The AIG Bonuses: FreePassers Gone Wild!
I have noted before that the FreePasser epidemic has permeated every aspect of our society. However, the recent disclosures of the use of government bailout money for bonuses at American International Group (AIG) astound even me. It turns out that the taxpayer bailout money was used to pay bonuses of about $450 million to a small group of employees at the business unit at the company that lost $40.5 billion last year and helped cause the current crisis in the first place. Apparently, if you believe the excuses, this appears to be a contractual obligation that AIG cannot abrogate.
The Sucker at the Poker Table
Have you ever heard the old story about not being able to figure out who the sucker is at the poker table because it turns out to be you? In the case of AIG, I think that we now know who the sucker is at this poker table - the U.S. taxpayer. This is somewhat like putting up a reward for information leading to the recovery of money in a bank robbery, then paying the bounty to the bank robbers who then claim immunity from prosecution. The AIG bailout is no less absurd.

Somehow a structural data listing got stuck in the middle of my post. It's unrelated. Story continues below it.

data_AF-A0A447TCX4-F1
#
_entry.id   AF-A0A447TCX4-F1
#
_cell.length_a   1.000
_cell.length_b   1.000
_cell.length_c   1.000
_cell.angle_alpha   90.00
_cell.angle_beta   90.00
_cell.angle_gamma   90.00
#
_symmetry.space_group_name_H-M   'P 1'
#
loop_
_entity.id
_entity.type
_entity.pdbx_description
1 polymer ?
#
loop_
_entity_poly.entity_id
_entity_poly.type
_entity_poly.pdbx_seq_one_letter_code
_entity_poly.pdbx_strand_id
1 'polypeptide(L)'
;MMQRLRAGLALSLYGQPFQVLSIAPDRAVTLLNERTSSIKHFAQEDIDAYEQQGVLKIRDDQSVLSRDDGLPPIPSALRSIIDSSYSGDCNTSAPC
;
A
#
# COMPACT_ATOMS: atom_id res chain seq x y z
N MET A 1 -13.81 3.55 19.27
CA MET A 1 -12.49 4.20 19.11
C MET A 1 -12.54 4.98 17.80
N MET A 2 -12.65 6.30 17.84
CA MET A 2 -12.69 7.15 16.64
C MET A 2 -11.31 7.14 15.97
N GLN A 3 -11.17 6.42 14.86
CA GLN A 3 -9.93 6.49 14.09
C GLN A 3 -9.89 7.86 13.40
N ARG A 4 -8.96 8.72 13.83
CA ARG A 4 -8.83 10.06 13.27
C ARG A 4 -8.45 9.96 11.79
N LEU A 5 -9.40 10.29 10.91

No Pitchforks and Torches-Yet!
Treasury Secretary Geithner and President Obama are looking for a way to rescind the bonuses. If they do not, the public anger building on both sides of the political divide will intensify. No one likes to be viewed as a sucker, especially the average American who is suffering the consequences of the gross mismanagement of these major financial institutions.
This righteous anger is building like a smoldering volcano ready to erupt. In the past, there was at least a question as to how responsible those receiving bonuses were for the disaster. In this case, the very people who bankrupted the company are receiving the rewards. These people are poster boys for my campaign against FreePassers.
Stealing It Fair and Square is Not an Option
If the public believes FreePassers can get away stealing taxpayer dollars, their distrust will spread to the government as well. Eventually, people will reach a boiling point and will tolerate no more. Allowing derivative traders to receive huge payouts while asking workers to reduce retirement benefits will be viewed as ridiculous.
Earthquake in Slow Motion
Eventually, this anger at FreePassers will find a way to express itself, and it won’t be pretty. Support for any future bailout plans may be very limited and could prevent necessary measures and reforms to deal with the financial crisis in the coming years.
These bonuses need to be rescinded. Even if there are legal problems as a result, the alternative in terms of public unrest would be far worse.